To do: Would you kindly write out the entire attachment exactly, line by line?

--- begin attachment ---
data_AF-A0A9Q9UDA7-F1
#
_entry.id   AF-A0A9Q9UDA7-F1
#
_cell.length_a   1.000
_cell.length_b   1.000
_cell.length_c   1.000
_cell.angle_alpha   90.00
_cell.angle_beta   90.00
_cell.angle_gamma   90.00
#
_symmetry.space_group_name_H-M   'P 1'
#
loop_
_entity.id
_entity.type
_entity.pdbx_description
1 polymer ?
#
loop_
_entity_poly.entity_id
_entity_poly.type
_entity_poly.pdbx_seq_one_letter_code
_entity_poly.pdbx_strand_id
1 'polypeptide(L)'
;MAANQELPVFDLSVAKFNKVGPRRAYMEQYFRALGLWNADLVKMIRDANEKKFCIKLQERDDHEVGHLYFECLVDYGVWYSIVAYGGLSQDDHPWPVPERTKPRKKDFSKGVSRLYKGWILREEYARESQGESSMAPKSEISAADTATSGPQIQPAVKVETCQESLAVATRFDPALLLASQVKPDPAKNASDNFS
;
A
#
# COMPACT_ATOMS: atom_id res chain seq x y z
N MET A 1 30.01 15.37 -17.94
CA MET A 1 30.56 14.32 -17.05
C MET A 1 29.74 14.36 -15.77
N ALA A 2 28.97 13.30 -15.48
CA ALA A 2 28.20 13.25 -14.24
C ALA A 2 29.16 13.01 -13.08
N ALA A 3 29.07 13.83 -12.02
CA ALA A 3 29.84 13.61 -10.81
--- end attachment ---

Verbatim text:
data_AF-A0A9Q9UDA7-F1
#
_entry.id   AF-A0A9Q9UDA7-F1
#
_cell.length_a   1.000
_cell.length_b   1.000
_cell.length_c   1.000
_cell.angle_alpha   90.00
_cell.angle_beta   90.00
_cell.angle_gamma   90.00
#
_symmetry.space_group_name_H-M   'P 1'
#
loop_
_entity.id
_entity.type
_entity.pdbx_description
1 polymer ?
#
loop_
_entity_poly.entity_id
_entity_poly.type
_entity_poly.pdbx_seq_one_letter_code
_entity_poly.pdbx_strand_id
1 'polypeptide(L)'
;MAANQELPVFDLSVAKFNKVGPRRAYMEQYFRALGLWNADLVKMIRDANEKKFCIKLQERDDHEVGHLYFECLVDYGVWYSIVAYGGLSQDDHPWPVPERTKPRKKDFSKGVSRLYKGWILREEYARESQGESSMAPKSEISAADTATSGPQIQPAVKVETCQESLAVATRFDPALLLASQVKPDPAKNASDNFS
;
A
#
# COMPACT_ATOMS: atom_id res chain seq x y z
N MET A 1 30.01 15.37 -17.94
CA MET A 1 30.56 14.32 -17.05
C MET A 1 29.74 14.36 -15.77
N ALA A 2 28.97 13.30 -15.48
CA ALA A 2 28.20 13.25 -14.24
C ALA A 2 29.16 13.01 -13.08
N ALA A 3 29.07 13.83 -12.02
CA ALA A 3 29.84 13.61 -10.81